European leaders meeting in Brussels on Thursday hinted that some countries could be given more time to meet their deficit goals as they address high unemployment and seek to ease the pain of tough austerity measures.
The president of the European Commission told CNBC that while countries should pursue reforms and meet the deficit targets set under EU rules, there was room for maneuver if countries showed that they were making an effort to implement reforms.
"The stability and growth of the EU has incorporated the necessary flexibilities, so provided the members states make the structural adjustments required, we proposed the extensions to fulfill the debt target as we've done in Greece two times, in Portugal, in Spain, and may do so again, provided that countries make a structural effort...and France too" Jose Manuel Barroso said.
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While these reforms were taking shape, it was important to support the issue of youth employment, he said, adding that the Commission would mobilize funds to help companies employ young people.
"Now we are mobilizing…European social funds to help young people find apprenticeships, traineeships in companies in small and medium enterprises that might need that kind of help. It's better to have this kind of solution for the short term than simply to accept this very high levels of unemployment.
The topic of unemployment in the euro zone is high on the agenda at the EU summit, with a particular focus on youth unemployment. In January, 23.6 percent of young people in the EU under the age of 25 were unemployed, up from 22.4 percent a year before. In Spain and Greece up to 50 percent of young people are struggling to find work as their economies flounder.
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"Of course, we know well that the structural solution for youth unemployment, and for employment in general, has to do with the health in the economy and the reforms to increase competitiveness [but in the meantime} while these reforms take place, it is important to support through target policies these very important issues of youth unemployment," he said.
EU leaders continue their summit in Brussels on Friday. Countries such as France who have said that they will miss the target of a budget deficit below 3 percent of gross domestic product (GDP) have been granted some leeway.
Germany, however, is concerned about allowing countries such as France and Italy more leeway in stimulating their economies.The country fears that the course of deficit reduction and austerity in order to regain growth will be replaced by increasing deficits and borrowing.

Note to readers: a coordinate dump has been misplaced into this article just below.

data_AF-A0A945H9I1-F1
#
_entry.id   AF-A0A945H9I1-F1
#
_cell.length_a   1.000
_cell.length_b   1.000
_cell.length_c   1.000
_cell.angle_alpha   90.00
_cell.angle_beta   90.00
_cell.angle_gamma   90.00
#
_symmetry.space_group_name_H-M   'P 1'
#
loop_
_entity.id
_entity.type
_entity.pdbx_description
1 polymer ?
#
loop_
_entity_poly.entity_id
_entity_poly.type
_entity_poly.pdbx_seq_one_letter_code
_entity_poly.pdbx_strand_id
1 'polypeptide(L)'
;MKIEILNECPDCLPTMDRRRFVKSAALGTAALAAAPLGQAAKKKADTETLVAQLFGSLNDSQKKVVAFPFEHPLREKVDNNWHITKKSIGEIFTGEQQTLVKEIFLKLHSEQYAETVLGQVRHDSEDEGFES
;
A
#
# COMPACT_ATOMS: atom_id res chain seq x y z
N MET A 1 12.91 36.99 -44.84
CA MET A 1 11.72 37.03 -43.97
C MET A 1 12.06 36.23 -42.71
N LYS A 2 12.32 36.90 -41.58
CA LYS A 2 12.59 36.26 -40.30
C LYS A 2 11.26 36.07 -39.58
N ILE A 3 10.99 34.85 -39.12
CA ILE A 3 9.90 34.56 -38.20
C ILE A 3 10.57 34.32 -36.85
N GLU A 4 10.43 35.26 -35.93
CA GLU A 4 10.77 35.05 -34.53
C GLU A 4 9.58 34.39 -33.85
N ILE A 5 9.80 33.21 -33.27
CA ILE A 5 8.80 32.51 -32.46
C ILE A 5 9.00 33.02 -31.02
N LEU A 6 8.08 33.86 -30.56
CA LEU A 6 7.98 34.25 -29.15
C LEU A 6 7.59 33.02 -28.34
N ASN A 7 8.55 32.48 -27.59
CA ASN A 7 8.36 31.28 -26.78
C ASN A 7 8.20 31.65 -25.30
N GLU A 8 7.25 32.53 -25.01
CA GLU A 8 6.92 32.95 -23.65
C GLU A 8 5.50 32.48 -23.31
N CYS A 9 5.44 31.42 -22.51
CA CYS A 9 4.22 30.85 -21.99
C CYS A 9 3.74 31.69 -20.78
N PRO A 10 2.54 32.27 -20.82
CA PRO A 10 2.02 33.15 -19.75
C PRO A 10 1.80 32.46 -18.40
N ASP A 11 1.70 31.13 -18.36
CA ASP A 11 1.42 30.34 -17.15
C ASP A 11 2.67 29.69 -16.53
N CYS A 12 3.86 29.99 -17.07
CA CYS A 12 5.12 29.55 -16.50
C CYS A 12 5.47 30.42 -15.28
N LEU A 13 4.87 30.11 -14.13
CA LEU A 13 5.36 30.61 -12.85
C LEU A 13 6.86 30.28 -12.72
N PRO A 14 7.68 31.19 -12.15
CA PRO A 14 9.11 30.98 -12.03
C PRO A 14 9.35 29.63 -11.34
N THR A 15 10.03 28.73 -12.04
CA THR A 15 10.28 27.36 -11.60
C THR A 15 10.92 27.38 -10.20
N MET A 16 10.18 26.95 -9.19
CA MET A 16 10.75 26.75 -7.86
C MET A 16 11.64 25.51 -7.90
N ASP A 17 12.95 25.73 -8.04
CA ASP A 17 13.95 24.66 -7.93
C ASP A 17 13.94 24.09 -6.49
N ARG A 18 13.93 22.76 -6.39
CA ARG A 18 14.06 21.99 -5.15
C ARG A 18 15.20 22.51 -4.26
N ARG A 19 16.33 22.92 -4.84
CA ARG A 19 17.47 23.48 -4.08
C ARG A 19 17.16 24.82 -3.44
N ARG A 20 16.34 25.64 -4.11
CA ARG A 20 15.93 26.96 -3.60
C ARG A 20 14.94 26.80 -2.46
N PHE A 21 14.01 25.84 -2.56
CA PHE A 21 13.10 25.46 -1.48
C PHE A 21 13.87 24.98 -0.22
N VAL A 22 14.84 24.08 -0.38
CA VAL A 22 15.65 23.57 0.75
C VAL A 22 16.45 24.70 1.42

To push the point home, Germany reiterated its own commitment to budget consolidation by releasing its 2014 budget early. It included 5 billion euros worth of spending cuts. The country's finance minister, Wolfgang Schaeuble, said on Wednesday that the move was a "strong signal for Europe."
European Parliament President Martin Schulz told CNBC that Europe needed a mixture of budget consolidation and growth measures if it is to return to growth and regain the trust of its citizens.
"Unilateral cuts in budgets and austerity policies alone will never lead to an economic re-launch. What we need is a combination of budgetary discipline- the spirit of the German approach- and a strategic investment in growth," Schulz told CNBC in Brussels.
"You can never regain trust without winning the confidence of the citizens and what we are seeing outside the building here is that people more and more mistrust the EU as a Union not caring about their individual situations, not just in southern European countries, but all over Europe," he said.
As the stand-off between countries advocating the easing of austerity and those pushing for continued structural reform continued, one analyst told CNBC that it was hard to see how Europe was going to return to growth with European Central Bank policies found wanting.
"At the moment, the only people that win are the bondholders, the population and the economy doesn't win," Michael Gallagher, director of Research at IDEAGlobal, told CNBC.
"If you look at successful fiscal consolidations, what you need is very easy monetary policy that gets two percent growth, two percent inflation and four percent overall nominal GDP. If you judge the European Central Bank on the basis of that, the ECB has failed every year since 2008 to achieve 4 percent nominal growth," Gallagher said. "The ECB is not easy enough...so we're locked in a slow growth, slow inflation environment which is somewhat unstable," he added.
By CNBC's Holly Ellyatt, follow her on Twitter @HollyEllyatt